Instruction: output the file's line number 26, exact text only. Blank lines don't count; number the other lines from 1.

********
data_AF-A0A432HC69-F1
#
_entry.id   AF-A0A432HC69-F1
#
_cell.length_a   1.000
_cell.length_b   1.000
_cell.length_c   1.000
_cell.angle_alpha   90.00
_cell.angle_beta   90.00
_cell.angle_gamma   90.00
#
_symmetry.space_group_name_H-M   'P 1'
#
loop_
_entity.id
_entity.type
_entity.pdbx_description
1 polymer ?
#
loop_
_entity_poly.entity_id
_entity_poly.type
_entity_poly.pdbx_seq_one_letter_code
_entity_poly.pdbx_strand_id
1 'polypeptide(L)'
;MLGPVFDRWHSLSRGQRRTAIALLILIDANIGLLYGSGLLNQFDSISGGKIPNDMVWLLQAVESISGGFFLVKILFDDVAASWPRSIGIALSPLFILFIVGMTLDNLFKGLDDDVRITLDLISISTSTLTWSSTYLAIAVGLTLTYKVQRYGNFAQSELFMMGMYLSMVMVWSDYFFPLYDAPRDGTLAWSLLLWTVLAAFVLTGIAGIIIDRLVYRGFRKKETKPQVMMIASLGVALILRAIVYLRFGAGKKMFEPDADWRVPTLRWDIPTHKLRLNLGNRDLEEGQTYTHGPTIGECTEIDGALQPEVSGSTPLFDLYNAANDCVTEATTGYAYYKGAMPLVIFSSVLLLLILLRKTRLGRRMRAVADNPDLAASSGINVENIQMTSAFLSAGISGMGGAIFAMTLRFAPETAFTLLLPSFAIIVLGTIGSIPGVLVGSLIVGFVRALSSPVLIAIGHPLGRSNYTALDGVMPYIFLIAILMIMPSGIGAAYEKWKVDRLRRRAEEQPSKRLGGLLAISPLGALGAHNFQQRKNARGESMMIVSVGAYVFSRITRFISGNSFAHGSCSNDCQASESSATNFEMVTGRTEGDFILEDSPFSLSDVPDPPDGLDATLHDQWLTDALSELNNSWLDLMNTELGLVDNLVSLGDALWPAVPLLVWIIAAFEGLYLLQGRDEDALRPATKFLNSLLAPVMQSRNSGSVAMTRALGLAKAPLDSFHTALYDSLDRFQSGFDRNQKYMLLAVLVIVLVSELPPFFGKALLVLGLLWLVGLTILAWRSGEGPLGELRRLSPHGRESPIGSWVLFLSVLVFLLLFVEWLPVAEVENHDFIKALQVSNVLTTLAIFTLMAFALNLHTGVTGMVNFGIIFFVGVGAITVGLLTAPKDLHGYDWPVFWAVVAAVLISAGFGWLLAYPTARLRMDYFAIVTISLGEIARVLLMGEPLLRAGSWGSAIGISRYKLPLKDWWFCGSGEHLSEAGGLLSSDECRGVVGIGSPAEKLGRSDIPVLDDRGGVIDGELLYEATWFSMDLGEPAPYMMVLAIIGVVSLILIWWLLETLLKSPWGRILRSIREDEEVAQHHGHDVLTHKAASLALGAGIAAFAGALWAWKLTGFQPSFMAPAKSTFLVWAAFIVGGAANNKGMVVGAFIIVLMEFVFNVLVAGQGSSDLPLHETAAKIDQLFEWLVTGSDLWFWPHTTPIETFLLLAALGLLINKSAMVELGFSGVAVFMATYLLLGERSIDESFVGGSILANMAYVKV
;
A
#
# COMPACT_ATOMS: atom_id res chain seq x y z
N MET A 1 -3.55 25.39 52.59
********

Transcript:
;MLGPVFDRWHSLSRGQRRTAIALLILIDANIGLLYGSGLLNQFDSISGGKIPNDMVWLLQAVESISGGFFLVKILFDDVAASWPRSIGIALSPLFILFIVGMTLDNLFKGLDDDVRITLDLISISTSTLTWSSTYLAIAVGLTLTYKVQRYGNFAQSELFMMGMYLSMVMVWSDYFFPLYDAPRDGTLAWSLLLWTVLAAFVLTGIAGIIIDRLVYRGFRKKETKPQVMMIASLGVALILRAIVYLRFGAGKKMFEPDADWRVPTLRWDIPTHKLRLNLGNRDLEEGQTYTHGPTIGECTEIDGALQPEVSGSTPLFDLYNAANDCVTEATTGYAYYKGAMPLVIFSSVLLLLILLRKTRLGRRMRAVADNPDLAASSGINVENIQMTSAFLSAGISGMGGAIFAMTLRFAPETAFTLLLPSFAIIVLGTIGSIPGVLVGSLIVGFVRALSSPVLIAIGHPLGRSNYTALDGVMPYIFLIAILMIMPSGIGAAYEKWKVDRLRRRAEEQPSKRLGGLLAISPLGALGAHNFQQRKNARGESMMIVSVGAYVFSRITRFISGNSFAHGSCSNDCQASESSATNFEMVTGRTEGDFILEDSPFSLSDVPDPPDGLDATLHDQWLTDALSELNNSWLDLMNTELGLVDNLVSLGDALWPAVPLLVWIIAAFEGLYLLQGRDEDALRPATKFLNSLLAPVMQSRNSGSVAMTRALGLAKAPLDSFHTALYDSLDRFQSGFDRNQKYMLLAVLVIVLVSELPPFFGKALLVLGLLWLVGLTILAWRSGEGPLGELRRLSPHGRESPIGSWVLFLSVLVFLLLFVEWLPVAEVENHDFIKALQVSNVLTTLAIFTLMAFALNLHTGVTGMVNFGIIFFVGVGAITVGLLTAPKDLHGYDWPVFWAVVAAVLISAGFGWLLAYPTARLRMDYFAIVTISLGEIARVLLMGEPLLRAGSWGSAIGISRYKLPLKDWWFCGSGEHLSEAGGLLSSDECRGVVGIGSPAEKLGRSDIPVLDDRGGVIDGELLYEATWFSMDLGEPAPYMMVLAIIGVVSLILIWWLLETLLKSPWGRILRSIREDEEVAQHHGHDVLTHKAASLALGAGIAAFAGALWAWKLTGFQPSFMAPAKSTFLVWAAFIVGGAANNKGMVVGAFIIVLMEFVFNVLVAGQGSSDLPLHETAAKIDQLFEWLVTGSDLWFWPHTTPIETFLLLAALGLLINKSAMVELGFSGVAVFMATYLLLGERSIDESFVGGSILANMAYVKV